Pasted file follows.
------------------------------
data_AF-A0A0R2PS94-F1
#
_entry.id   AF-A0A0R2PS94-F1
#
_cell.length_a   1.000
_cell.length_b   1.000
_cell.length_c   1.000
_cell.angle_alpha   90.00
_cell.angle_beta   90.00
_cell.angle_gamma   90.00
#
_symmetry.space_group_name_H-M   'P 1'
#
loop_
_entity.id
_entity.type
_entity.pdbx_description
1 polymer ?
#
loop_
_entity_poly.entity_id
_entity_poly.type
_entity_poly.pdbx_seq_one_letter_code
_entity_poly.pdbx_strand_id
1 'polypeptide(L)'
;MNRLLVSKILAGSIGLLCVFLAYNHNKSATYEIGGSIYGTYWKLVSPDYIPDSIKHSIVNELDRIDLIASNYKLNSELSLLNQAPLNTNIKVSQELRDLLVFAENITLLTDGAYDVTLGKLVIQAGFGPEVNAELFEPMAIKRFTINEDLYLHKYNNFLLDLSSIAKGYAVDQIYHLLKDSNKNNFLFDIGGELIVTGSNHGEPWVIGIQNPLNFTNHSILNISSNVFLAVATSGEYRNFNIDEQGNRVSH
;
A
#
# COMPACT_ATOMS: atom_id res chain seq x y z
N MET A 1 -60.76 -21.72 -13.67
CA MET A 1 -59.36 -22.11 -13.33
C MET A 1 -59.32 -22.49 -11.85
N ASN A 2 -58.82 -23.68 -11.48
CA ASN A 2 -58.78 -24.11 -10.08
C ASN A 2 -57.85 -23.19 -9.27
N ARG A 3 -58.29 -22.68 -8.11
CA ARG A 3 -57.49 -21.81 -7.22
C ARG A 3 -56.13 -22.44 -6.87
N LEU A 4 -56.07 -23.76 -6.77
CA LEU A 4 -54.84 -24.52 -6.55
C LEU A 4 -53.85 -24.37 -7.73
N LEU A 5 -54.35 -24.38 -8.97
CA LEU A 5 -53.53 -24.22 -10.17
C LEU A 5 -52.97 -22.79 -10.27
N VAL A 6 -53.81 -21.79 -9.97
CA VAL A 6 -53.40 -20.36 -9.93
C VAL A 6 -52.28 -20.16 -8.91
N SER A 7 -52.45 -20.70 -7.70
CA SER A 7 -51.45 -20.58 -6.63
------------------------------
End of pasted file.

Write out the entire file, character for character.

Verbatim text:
data_AF-A0A0R2PS94-F1
#
_entry.id   AF-A0A0R2PS94-F1
#
_cell.length_a   1.000
_cell.length_b   1.000
_cell.length_c   1.000
_cell.angle_alpha   90.00
_cell.angle_beta   90.00
_cell.angle_gamma   90.00
#
_symmetry.space_group_name_H-M   'P 1'
#
loop_
_entity.id
_entity.type
_entity.pdbx_description
1 polymer ?
#
loop_
_entity_poly.entity_id
_entity_poly.type
_entity_poly.pdbx_seq_one_letter_code
_entity_poly.pdbx_strand_id
1 'polypeptide(L)'
;MNRLLVSKILAGSIGLLCVFLAYNHNKSATYEIGGSIYGTYWKLVSPDYIPDSIKHSIVNELDRIDLIASNYKLNSELSLLNQAPLNTNIKVSQELRDLLVFAENITLLTDGAYDVTLGKLVIQAGFGPEVNAELFEPMAIKRFTINEDLYLHKYNNFLLDLSSIAKGYAVDQIYHLLKDSNKNNFLFDIGGELIVTGSNHGEPWVIGIQNPLNFTNHSILNISSNVFLAVATSGEYRNFNIDEQGNRVSH
;
A
#
# COMPACT_ATOMS: atom_id res chain seq x y z
N MET A 1 -60.76 -21.72 -13.67
CA MET A 1 -59.36 -22.11 -13.33
C MET A 1 -59.32 -22.49 -11.85
N ASN A 2 -58.82 -23.68 -11.48
CA ASN A 2 -58.78 -24.11 -10.08
C ASN A 2 -57.85 -23.19 -9.27
N ARG A 3 -58.29 -22.68 -8.11
CA ARG A 3 -57.49 -21.81 -7.22
C ARG A 3 -56.13 -22.44 -6.87
N LEU A 4 -56.07 -23.76 -6.77
CA LEU A 4 -54.84 -24.52 -6.55
C LEU A 4 -53.85 -24.37 -7.73
N LEU A 5 -54.35 -24.38 -8.97
CA LEU A 5 -53.53 -24.22 -10.17
C LEU A 5 -52.97 -22.79 -10.27
N VAL A 6 -53.81 -21.79 -9.97
CA VAL A 6 -53.40 -20.36 -9.93
C VAL A 6 -52.28 -20.16 -8.91
N SER A 7 -52.45 -20.70 -7.70
CA SER A 7 -51.45 -20.58 -6.63